[mpeg-OTspec] RE: Final (was Tentative) schedule for the AHG meeting

Levantovsky, Vladimir vladimir.levantovsky at monotype.com
Thu Jan 9 16:51:27 CET 2014

On Thursday, January 09, 2014 4:56 AM William_J_G Overington wrote:
> Once it is realized that a CPAL code could sometimes refer to something
> other than a colour, either as "totally transparent and (something
> else)" or as a stand alone code, various advanced facilities become
> theoretically possible.

Even if something is possible it doesn’t mean it's appropriate or desired thing to do. CPAL (i.e. Color PALette table) is there to define color, and IMO should *not* be used to define "something other than color". If one needs to define *something other than color* it needs to happen *somewhere else* and not in the color palette table.

> As various ideas may develop over time, it seems a good idea to plan
> for a future situation where backward compatibility with what is being
> standardized in 2014 may well be needed.

We do this by way of using version numbers for each defined table. Any new features that may need to be defined in the future will require both accommodating new facilities to implement them and preserving backward compatibility - table version numbers allow this to happen with no disruption to existing implementations.

> For example, preset colours such as various colours of metallic ink.

How is it different from defining sRGB pixel values for display purposes? 
The colors you see on screen are presented as collection of pixels, each having a predefined sRGB value. I agree that applications may require support for more than solid color definitions, and displaying something that looks like metallic ink may need support for both color and transparency gradients but I don’t see how this can be accomplished by simply reserving a palette entry in CPAL table.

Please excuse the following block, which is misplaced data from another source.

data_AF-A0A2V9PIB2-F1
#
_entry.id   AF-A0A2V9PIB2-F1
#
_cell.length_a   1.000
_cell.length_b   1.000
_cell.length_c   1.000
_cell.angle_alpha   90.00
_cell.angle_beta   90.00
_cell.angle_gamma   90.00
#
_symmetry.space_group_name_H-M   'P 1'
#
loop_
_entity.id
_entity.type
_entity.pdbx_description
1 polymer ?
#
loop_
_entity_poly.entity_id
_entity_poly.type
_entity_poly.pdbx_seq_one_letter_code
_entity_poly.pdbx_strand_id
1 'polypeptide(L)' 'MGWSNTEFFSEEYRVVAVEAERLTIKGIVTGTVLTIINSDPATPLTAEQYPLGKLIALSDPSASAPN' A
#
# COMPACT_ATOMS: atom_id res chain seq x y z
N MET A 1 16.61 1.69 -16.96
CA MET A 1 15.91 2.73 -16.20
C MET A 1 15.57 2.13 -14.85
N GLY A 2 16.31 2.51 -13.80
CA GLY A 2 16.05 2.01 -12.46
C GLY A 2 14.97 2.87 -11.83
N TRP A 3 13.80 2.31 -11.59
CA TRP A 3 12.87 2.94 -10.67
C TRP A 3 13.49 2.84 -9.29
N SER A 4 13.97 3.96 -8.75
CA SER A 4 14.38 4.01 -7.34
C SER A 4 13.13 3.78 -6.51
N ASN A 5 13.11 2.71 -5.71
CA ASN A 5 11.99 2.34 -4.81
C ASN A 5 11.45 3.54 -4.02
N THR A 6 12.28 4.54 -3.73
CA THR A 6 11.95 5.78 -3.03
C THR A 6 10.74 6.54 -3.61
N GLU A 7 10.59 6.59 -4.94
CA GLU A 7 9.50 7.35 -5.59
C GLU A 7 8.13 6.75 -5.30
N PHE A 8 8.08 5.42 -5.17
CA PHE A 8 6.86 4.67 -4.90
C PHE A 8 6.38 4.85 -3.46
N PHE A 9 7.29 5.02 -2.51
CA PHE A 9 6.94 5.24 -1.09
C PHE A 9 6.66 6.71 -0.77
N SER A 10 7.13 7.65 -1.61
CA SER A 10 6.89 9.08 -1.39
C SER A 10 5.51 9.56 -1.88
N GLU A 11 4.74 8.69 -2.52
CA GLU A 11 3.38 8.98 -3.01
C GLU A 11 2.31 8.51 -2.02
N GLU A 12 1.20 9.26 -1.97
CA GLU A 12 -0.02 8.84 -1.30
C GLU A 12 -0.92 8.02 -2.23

> ----
> For example, "totally transparent and sounds a beep".
> So, for example, that a particular colour glyph could have two layers,
> a symbol in red in one layer and a glyph in "totally transparent and
> sounds a beep" in a layer on top of it.

I strongly disagree with the premise of mixing different functionality in a font. Font defines a way how text content is visualized - one of the fundamental design principles here is that font defines visual shape representations for each unit of text display and remains completely agnostic to the semantics of that unit. In other terms, font defines what character 'a' looks like but not what it means. Combining anything that gives a particular unit of text display special meaning is the violation of this basic design principle.

> I am thinking that such a possibility might become useful in
> telemedicine applications where the red glyph could provide a visible
> and audible warning if a monitored value went out of range.

As far as beep is concerned - it is the job of an application to analyze the input data and determine the appropriate response for it. If a certain monitored value is out of range, the application may produce either visual stimuli or a sound or both (or a smoke signal, if one wishes to do so), but it should not rely on something else (and certainly not on a font in use) to ensure the required application behavior.


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